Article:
There are also some of those who follow the Abrahamic religions (Judaism, Christianity, Islam) who may hold Pantheistic views… it all depends how you define God, right?!
What Are Pagan Beliefs About Nature?
Again, this varies, but there are a couple of mainstays.
Pagans will follow and attune to the natural year through both lunar and solar cycles. That is, the moon cycles – New, Waxing, Full, Waning, and Dark. And the sun cycles – Spring, Summer, Autumn, Winter.
Depending on tradition and personal practice, there may be specific festivals, rituals, and observances that happen through these cycles.
Sometimes these cycles correspond with Deity, and a God or Goddess will be venerated or acknowledged as part of the celebration or observance.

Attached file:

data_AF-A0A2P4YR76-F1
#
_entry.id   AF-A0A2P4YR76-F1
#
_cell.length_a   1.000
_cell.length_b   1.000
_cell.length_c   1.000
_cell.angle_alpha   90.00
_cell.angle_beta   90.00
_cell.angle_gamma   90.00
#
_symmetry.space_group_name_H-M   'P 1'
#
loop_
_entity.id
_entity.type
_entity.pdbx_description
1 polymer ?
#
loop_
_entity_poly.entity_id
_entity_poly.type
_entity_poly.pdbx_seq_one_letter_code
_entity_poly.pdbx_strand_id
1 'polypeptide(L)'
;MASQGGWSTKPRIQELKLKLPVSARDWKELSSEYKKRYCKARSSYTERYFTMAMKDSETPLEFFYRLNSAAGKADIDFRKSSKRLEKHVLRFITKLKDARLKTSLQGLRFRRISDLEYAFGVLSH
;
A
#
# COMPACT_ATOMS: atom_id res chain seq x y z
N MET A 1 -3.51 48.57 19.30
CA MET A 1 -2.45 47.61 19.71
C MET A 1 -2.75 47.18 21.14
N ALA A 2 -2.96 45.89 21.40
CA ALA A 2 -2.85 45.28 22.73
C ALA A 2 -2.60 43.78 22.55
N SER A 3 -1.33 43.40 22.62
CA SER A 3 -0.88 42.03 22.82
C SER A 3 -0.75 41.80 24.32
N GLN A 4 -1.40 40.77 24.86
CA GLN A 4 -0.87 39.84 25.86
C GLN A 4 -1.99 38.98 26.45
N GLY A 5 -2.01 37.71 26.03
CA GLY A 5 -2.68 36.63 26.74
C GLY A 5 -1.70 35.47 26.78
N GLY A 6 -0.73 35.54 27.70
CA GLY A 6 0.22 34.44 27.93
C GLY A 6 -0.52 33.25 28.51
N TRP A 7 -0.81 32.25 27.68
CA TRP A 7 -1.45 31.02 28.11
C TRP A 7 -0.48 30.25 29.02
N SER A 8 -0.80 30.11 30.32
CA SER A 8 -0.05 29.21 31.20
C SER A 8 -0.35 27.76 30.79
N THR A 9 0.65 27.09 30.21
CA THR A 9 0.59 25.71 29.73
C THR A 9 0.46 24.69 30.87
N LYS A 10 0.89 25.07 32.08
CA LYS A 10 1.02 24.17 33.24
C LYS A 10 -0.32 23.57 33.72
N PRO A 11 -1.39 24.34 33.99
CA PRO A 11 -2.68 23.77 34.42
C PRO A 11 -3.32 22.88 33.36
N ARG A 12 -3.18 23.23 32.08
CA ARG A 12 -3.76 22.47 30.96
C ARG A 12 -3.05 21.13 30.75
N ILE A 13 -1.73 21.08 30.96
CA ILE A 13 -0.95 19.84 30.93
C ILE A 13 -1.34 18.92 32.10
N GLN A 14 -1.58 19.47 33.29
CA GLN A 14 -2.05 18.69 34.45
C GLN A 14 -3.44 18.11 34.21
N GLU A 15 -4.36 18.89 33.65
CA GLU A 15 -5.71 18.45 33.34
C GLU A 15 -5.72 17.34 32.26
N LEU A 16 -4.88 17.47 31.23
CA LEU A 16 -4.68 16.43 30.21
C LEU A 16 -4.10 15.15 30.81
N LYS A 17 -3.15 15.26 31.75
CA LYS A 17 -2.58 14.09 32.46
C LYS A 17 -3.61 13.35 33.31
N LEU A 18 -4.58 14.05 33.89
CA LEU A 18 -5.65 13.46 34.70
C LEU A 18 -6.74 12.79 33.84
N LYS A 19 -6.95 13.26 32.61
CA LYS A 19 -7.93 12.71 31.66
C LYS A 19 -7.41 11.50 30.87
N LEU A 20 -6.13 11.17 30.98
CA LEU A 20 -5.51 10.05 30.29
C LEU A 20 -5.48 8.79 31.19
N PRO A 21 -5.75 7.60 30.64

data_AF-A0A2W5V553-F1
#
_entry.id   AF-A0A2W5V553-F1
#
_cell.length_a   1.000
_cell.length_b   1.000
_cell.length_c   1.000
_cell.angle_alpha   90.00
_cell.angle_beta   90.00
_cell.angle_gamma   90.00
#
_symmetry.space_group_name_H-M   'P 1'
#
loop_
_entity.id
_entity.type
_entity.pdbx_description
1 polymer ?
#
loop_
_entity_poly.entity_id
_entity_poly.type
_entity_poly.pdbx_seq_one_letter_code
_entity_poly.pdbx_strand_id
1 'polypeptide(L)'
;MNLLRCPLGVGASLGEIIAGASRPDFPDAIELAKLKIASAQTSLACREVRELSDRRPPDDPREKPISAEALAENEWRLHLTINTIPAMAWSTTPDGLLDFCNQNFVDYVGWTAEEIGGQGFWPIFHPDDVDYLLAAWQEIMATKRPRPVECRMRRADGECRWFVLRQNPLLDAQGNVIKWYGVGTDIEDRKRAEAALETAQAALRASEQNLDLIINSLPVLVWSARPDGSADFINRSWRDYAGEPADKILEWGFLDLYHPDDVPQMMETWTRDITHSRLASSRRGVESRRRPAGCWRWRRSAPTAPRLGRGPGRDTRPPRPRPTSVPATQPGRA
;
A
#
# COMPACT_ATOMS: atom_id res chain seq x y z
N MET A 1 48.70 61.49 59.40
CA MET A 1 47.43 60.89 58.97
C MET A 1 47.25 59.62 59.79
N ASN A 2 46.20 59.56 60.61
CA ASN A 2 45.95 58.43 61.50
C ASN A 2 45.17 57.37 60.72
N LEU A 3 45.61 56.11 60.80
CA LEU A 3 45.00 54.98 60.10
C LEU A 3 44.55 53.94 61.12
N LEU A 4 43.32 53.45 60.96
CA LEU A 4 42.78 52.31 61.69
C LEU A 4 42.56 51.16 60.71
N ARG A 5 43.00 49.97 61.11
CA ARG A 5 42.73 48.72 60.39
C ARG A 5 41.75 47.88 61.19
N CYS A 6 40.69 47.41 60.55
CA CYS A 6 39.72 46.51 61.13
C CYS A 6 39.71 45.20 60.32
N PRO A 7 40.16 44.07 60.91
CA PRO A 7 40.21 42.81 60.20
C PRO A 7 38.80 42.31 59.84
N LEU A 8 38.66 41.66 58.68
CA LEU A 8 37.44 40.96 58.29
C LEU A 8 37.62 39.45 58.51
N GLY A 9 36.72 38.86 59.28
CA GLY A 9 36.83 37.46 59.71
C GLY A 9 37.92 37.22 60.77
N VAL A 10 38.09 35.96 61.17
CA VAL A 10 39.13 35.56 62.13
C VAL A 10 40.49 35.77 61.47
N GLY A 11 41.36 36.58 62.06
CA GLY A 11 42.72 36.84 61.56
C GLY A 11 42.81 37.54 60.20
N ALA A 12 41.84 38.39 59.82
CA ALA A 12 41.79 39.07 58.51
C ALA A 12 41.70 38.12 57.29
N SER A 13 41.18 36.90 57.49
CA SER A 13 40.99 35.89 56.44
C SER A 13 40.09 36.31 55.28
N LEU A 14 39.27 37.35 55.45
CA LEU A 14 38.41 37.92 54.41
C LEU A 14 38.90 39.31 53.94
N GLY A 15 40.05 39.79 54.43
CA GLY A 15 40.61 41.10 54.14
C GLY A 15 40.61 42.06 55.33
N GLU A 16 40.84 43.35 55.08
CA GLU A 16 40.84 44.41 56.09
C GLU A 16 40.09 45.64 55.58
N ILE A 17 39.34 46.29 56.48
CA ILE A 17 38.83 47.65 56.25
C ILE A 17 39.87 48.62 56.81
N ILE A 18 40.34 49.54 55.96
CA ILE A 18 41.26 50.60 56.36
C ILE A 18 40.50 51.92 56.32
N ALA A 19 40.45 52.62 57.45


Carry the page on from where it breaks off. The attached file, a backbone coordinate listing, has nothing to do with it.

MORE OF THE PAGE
[For example, many people work with the Mórrígan at Samhain (Hallowe’en). You can learn more about the Mórrígan at Samhain Here]
Another commonly held Pagan Belief is that the earth herself is sentient, and sacred, as well as all that lives upon her. The spirit of place is highly regarded to, with a particular reverence for certain ancient sites being widespread.
What Are Pagan Beliefs About Gods and Goddesses?
Perhaps the first thing that those only familiar with modern mainstream religions will find odd, or even unsettling, is the Pagan Belief in both Gods and Goddesses. There is a diversity and openness to deity in any form, or none, that is just not what many folk are used to any more.
Pagans can be members of traditions that venerate within certain cultural parameters. We see followers of Irish (most often spoken of as ‘Celtic’, even though this term is a little more complicated than they may understand), Norse, Egyptian, Greek/Hellenistic historic spiritual cultures or pantheons of Gods. As well as many others.